More than 50 years on from the 1965-66 mass killings and 20 years after the fall of the New Order authoritarian government, how is Indonesia facing up to this violent past? How does this past impact on the present? What is being done to resist enduring impunity in democratic Indonesia?
In the absence of state-led initiatives seeking the truth about this history and to bring an end to ongoing impunity, civil society groups and survivor organisations are engaging in their own projects towards reconciliation and healing. Working across time and space, survivors of mass violence from across Indonesia, Timor Leste and elsewhere in Asia are embracing methods aimed at building solidarity and rebuilding lives.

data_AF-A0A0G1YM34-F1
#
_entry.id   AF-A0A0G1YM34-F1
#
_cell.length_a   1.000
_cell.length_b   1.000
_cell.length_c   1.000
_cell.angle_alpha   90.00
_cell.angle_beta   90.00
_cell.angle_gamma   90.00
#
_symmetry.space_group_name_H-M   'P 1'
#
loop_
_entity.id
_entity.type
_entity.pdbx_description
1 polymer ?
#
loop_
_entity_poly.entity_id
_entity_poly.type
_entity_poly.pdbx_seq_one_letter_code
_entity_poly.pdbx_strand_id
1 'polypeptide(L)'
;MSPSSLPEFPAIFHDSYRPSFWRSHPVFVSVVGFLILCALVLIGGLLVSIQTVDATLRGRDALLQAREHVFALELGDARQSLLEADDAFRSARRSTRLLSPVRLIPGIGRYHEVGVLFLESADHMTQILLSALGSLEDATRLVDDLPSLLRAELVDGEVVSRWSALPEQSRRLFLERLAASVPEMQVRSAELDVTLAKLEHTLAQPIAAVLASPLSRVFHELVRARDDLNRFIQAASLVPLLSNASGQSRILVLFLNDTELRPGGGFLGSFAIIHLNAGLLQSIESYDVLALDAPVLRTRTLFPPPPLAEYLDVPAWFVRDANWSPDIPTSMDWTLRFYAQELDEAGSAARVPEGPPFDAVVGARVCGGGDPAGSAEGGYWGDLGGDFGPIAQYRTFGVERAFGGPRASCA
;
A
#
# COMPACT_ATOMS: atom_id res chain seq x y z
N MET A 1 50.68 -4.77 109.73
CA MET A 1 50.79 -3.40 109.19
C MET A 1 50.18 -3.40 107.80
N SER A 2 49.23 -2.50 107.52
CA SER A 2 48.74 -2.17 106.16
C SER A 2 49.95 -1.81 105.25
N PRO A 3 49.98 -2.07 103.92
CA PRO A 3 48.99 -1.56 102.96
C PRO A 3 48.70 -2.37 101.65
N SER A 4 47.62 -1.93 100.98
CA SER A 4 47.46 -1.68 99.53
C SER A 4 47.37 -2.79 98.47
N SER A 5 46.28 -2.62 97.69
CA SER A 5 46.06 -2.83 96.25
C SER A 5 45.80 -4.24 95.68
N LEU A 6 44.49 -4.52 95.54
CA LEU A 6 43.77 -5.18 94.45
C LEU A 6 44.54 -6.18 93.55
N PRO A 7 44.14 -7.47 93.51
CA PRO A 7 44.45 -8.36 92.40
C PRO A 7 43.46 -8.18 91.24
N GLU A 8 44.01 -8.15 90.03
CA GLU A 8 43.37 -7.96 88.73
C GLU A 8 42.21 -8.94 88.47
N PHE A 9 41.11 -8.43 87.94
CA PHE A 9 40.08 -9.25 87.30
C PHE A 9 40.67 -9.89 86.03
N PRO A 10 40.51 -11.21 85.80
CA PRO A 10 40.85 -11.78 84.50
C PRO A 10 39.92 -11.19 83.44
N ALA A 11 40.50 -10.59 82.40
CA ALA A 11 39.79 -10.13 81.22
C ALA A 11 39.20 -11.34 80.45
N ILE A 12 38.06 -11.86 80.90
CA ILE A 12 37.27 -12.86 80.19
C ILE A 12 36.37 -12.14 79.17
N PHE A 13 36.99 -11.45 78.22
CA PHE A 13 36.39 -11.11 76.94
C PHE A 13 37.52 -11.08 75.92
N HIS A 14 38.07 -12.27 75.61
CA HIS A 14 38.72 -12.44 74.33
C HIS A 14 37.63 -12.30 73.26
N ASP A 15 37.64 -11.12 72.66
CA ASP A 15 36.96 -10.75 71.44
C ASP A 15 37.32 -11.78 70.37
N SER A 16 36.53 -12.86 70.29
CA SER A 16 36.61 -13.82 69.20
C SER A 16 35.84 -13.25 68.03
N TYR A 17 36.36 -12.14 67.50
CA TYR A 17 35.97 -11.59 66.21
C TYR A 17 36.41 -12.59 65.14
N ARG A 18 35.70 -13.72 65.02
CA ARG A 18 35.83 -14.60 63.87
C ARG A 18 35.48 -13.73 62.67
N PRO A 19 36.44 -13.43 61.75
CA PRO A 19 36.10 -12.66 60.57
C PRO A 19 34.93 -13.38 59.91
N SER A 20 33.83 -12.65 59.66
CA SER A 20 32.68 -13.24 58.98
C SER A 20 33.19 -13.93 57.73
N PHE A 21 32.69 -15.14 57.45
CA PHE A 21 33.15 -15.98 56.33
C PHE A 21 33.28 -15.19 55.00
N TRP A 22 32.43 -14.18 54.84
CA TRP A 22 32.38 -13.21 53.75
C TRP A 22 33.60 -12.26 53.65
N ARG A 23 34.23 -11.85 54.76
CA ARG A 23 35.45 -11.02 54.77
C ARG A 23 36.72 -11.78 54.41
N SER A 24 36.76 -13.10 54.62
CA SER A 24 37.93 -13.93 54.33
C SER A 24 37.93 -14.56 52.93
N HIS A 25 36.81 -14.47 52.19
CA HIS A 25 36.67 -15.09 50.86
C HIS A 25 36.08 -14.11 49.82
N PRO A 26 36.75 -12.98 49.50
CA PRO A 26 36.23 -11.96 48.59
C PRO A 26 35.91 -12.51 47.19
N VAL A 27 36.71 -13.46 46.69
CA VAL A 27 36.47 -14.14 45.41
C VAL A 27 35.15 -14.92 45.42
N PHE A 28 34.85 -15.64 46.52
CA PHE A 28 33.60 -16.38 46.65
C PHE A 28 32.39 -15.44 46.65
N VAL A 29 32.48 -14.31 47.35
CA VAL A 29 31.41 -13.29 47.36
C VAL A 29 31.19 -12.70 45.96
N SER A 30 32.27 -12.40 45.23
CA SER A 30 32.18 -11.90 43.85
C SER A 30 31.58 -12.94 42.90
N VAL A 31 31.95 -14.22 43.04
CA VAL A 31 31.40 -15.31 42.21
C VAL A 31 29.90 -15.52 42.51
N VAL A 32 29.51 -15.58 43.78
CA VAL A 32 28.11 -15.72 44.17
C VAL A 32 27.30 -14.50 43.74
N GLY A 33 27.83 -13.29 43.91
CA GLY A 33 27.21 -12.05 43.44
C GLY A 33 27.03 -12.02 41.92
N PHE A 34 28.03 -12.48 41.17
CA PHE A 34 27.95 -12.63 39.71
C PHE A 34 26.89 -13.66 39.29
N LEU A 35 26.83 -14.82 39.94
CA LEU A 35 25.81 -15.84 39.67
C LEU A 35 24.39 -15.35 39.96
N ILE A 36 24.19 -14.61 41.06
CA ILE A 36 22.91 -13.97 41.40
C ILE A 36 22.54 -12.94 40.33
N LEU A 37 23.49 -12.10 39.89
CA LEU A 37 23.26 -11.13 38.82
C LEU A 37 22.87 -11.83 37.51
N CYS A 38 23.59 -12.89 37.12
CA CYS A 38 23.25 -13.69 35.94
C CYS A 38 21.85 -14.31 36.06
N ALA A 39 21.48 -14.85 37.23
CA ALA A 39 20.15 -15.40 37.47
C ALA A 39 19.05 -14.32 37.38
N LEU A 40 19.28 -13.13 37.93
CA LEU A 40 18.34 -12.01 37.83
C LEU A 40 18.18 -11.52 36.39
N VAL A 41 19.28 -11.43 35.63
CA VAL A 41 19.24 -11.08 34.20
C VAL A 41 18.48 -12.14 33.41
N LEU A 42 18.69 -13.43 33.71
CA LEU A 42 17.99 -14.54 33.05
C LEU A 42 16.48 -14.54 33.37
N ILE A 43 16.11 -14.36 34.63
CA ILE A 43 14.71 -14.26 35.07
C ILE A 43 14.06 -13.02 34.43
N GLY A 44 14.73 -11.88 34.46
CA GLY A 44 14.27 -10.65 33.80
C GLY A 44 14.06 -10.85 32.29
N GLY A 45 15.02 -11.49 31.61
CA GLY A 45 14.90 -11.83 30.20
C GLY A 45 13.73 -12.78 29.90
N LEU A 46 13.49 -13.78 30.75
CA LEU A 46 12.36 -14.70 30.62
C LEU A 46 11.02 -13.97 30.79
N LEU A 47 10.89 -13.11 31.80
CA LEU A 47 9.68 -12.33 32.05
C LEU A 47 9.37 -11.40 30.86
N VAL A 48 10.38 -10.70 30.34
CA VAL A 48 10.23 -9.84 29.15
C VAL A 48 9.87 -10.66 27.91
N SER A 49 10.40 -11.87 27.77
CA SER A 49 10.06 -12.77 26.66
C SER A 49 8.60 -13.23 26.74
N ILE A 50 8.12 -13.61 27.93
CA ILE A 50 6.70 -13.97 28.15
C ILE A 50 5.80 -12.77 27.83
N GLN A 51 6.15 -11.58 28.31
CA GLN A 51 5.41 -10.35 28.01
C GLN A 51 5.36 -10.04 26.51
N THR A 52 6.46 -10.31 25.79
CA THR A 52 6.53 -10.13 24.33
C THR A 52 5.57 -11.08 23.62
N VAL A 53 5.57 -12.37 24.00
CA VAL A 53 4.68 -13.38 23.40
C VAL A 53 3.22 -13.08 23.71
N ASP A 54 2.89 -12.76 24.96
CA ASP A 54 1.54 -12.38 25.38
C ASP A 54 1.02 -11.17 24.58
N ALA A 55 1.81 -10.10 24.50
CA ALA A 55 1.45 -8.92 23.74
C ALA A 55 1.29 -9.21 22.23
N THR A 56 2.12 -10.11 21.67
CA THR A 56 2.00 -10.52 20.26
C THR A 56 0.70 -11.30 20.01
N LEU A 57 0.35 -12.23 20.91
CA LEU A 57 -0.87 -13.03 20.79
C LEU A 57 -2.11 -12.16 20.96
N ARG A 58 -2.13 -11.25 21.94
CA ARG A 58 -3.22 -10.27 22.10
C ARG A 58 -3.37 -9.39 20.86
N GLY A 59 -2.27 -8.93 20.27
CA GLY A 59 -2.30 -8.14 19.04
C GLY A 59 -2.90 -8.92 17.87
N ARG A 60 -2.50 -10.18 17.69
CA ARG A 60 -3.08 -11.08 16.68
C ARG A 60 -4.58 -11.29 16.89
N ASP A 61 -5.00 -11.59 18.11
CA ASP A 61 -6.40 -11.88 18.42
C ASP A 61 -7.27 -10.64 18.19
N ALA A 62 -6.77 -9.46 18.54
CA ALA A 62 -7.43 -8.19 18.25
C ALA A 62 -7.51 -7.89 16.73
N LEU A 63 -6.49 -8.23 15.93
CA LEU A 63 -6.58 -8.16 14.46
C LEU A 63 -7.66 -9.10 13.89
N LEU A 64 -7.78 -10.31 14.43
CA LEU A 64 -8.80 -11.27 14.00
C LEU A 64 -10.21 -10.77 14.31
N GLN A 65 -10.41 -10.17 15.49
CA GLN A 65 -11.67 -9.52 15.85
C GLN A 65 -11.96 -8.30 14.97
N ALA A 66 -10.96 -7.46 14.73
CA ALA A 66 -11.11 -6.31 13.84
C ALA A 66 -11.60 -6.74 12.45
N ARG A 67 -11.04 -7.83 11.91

Dr Jemma Purdey explores these issues with Galuh Wandita, director and co-founder of Asia Justice and Rights (AJAR)(link is external), a Jakarta-based nongovernmental organisation working on human rights and accountability in the Asia-Pacific region. Galuh previously worked with the International Center for Transitional Justice, an international NGO based in New York, and was deputy director of the Commission for Reception, Truth and Reconciliation in East Timor (CAVR).